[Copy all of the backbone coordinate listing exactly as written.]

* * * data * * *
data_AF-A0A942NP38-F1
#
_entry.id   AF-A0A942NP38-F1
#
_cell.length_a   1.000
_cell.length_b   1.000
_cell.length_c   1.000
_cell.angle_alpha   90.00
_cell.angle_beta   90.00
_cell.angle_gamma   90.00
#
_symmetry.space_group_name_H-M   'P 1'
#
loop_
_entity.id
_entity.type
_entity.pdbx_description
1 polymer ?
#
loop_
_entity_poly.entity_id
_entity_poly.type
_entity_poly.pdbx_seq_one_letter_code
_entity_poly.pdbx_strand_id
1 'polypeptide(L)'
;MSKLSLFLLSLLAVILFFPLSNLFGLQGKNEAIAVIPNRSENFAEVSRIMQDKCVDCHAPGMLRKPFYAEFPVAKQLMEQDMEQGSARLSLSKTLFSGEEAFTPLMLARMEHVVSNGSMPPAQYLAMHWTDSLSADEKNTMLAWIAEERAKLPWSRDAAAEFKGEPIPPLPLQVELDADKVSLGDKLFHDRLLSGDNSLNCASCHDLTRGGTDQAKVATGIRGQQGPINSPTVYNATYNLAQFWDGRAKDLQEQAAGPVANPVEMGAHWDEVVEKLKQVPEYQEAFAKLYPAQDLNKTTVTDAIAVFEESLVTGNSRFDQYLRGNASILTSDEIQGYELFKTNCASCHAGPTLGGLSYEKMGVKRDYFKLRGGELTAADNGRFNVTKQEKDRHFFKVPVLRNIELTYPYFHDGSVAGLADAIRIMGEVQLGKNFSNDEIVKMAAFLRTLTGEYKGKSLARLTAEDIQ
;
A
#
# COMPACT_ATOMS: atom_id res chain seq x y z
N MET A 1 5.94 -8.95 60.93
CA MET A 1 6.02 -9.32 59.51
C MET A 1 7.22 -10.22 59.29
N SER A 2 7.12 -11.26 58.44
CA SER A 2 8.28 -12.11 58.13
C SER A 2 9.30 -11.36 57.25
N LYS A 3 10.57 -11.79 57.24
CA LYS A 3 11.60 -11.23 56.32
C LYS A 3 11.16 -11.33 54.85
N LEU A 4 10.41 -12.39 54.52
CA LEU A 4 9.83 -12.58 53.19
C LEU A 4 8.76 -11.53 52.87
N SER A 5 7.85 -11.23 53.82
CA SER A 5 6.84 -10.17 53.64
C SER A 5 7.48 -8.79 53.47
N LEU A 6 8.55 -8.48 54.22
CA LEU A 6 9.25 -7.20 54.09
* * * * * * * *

data_AF-A0A942NP38-F1
#
_entry.id   AF-A0A942NP38-F1
#
_cell.length_a   1.000
_cell.length_b   1.000
_cell.length_c   1.000
_cell.angle_alpha   90.00
_cell.angle_beta   90.00
_cell.angle_gamma   90.00
#
_symmetry.space_group_name_H-M   'P 1'
#
loop_
_entity.id
_entity.type
_entity.pdbx_description
1 polymer ?
#
loop_
_entity_poly.entity_id
_entity_poly.type
_entity_poly.pdbx_seq_one_letter_code
_entity_poly.pdbx_strand_id
1 'polypeptide(L)'
;MSKLSLFLLSLLAVILFFPLSNLFGLQGKNEAIAVIPNRSENFAEVSRIMQDKCVDCHAPGMLRKPFYAEFPVAKQLMEQDMEQGSARLSLSKTLFSGEEAFTPLMLARMEHVVSNGSMPPAQYLAMHWTDSLSADEKNTMLAWIAEERAKLPWSRDAAAEFKGEPIPPLPLQVELDADKVSLGDKLFHDRLLSGDNSLNCASCHDLTRGGTDQAKVATGIRGQQGPINSPTVYNATYNLAQFWDGRAKDLQEQAAGPVANPVEMGAHWDEVVEKLKQVPEYQEAFAKLYPAQDLNKTTVTDAIAVFEESLVTGNSRFDQYLRGNASILTSDEIQGYELFKTNCASCHAGPTLGGLSYEKMGVKRDYFKLRGGELTAADNGRFNVTKQEKDRHFFKVPVLRNIELTYPYFHDGSVAGLADAIRIMGEVQLGKNFSNDEIVKMAAFLRTLTGEYKGKSLARLTAEDIQ
;
A
#
# COMPACT_ATOMS: atom_id res chain seq x y z
N MET A 1 5.94 -8.95 60.93
CA MET A 1 6.02 -9.32 59.51
C MET A 1 7.22 -10.22 59.29
N SER A 2 7.12 -11.26 58.44
CA SER A 2 8.28 -12.11 58.13
C SER A 2 9.30 -11.36 57.25
N LYS A 3 10.57 -11.79 57.24
CA LYS A 3 11.60 -11.23 56.32
C LYS A 3 11.16 -11.33 54.85
N LEU A 4 10.41 -12.39 54.52
CA LEU A 4 9.83 -12.58 53.19
C LEU A 4 8.76 -11.53 52.87
N SER A 5 7.85 -11.23 53.82
CA SER A 5 6.84 -10.17 53.64
C SER A 5 7.48 -8.79 53.47
N LEU A 6 8.55 -8.48 54.22
CA LEU A 6 9.25 -7.20 54.09